It’s not enough to guard against the poachers. You must overcome your hesitation to do some poaching of your own. Here are some specific actions that will help.

1. Identify your critical talent.

​Being preemptive means knowing who is central to your company’s value creation and preventing them from becoming susceptible to outside offers. It may mean breaking conventional HR practices to promote someone two levels or to double their compensation.

​Segment your talent by thinking about skills and the market cap they could create in the future. Those who are critical to the company’s digital transformation, and in particular its money-making model, is one clear segment. A second segment is those who use social media to enhance your brand and target customers. A third is leaders of technical experts in a team-based structure. The need for organizational agility is pushing companies to organize work into teams, as Fidelity Personal Investing did. Every cross-functional team needs a leader. Talent shortages are likely in each of these segments, and you may have others.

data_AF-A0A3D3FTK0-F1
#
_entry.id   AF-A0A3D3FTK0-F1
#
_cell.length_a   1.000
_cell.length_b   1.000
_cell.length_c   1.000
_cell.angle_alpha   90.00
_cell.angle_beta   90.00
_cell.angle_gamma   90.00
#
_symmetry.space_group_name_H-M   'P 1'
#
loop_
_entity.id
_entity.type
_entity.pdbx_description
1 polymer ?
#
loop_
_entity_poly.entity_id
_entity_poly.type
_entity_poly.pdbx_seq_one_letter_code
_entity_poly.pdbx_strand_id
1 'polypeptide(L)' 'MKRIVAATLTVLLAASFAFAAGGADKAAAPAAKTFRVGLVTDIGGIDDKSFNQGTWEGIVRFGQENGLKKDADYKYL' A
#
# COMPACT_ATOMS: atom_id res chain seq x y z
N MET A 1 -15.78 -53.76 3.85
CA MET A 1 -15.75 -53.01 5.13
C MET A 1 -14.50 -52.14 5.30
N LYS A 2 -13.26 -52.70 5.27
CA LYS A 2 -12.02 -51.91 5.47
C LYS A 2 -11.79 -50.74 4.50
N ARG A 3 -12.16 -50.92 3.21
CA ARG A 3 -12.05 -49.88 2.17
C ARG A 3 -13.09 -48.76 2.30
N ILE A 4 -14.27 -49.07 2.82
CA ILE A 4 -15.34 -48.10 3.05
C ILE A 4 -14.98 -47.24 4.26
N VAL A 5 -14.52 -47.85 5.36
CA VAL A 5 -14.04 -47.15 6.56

Identify important individuals too. Steve Jobs recognized the outsize role designer Jonathan Ive played at Apple. Similarly, Mehmood Khan, an endocrinologist whom then Pepsico CEO Indra Nooyi recruited to a newly created role of chief scientific officer, was key to making the Pepsi more health oriented. One biotech company I work with put extra effort into retaining a PhD who was a magnet for other researchers. His diverse pool of scientists were at the heart of the discovery that investors were banking on.

As you consider the value of segments and individuals, ask: What is the trajectory of revenues these people will help generate or costs they will save, and how will that translate into market capitalization? A great talent creates enormous value compared with those who are mediocre. In some cases, losing even one team member can disrupt the development of a high-revenue-generating product and put the company at a devastating competitive disadvantage. Think too about what value the person or team could create for a competitor that poaches them.